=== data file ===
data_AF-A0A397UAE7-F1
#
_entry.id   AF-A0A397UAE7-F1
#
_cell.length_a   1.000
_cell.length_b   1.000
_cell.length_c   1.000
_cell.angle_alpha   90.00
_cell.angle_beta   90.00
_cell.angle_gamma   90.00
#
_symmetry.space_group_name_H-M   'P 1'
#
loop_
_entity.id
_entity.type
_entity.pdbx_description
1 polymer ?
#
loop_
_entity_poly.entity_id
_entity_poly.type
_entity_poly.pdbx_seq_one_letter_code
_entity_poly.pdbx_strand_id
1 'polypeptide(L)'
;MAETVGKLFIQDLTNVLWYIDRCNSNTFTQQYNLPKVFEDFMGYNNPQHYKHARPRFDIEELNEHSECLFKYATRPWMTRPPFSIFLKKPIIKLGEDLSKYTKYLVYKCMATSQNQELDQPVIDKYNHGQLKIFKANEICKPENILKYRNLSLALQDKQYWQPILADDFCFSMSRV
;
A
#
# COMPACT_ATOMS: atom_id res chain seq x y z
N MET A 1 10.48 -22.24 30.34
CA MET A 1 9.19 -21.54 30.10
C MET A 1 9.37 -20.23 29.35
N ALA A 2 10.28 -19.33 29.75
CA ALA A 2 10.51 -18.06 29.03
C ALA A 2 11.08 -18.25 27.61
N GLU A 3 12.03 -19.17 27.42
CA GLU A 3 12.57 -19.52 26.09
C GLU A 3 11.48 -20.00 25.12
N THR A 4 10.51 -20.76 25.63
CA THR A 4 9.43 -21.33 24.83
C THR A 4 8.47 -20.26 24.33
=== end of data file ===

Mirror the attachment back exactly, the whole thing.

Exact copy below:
data_AF-A0A397UAE7-F1
#
_entry.id   AF-A0A397UAE7-F1
#
_cell.length_a   1.000
_cell.length_b   1.000
_cell.length_c   1.000
_cell.angle_alpha   90.00
_cell.angle_beta   90.00
_cell.angle_gamma   90.00
#
_symmetry.space_group_name_H-M   'P 1'
#
loop_
_entity.id
_entity.type
_entity.pdbx_description
1 polymer ?
#
loop_
_entity_poly.entity_id
_entity_poly.type
_entity_poly.pdbx_seq_one_letter_code
_entity_poly.pdbx_strand_id
1 'polypeptide(L)'
;MAETVGKLFIQDLTNVLWYIDRCNSNTFTQQYNLPKVFEDFMGYNNPQHYKHARPRFDIEELNEHSECLFKYATRPWMTRPPFSIFLKKPIIKLGEDLSKYTKYLVYKCMATSQNQELDQPVIDKYNHGQLKIFKANEICKPENILKYRNLSLALQDKQYWQPILADDFCFSMSRV
;
A
#
# COMPACT_ATOMS: atom_id res chain seq x y z
N MET A 1 10.48 -22.24 30.34
CA MET A 1 9.19 -21.54 30.10
C MET A 1 9.37 -20.23 29.35
N ALA A 2 10.28 -19.33 29.75
CA ALA A 2 10.51 -18.06 29.03
C ALA A 2 11.08 -18.25 27.61
N GLU A 3 12.03 -19.17 27.42
CA GLU A 3 12.57 -19.52 26.09
C GLU A 3 11.48 -20.00 25.12
N THR A 4 10.51 -20.76 25.63
CA THR A 4 9.43 -21.33 24.83
C THR A 4 8.47 -20.26 24.33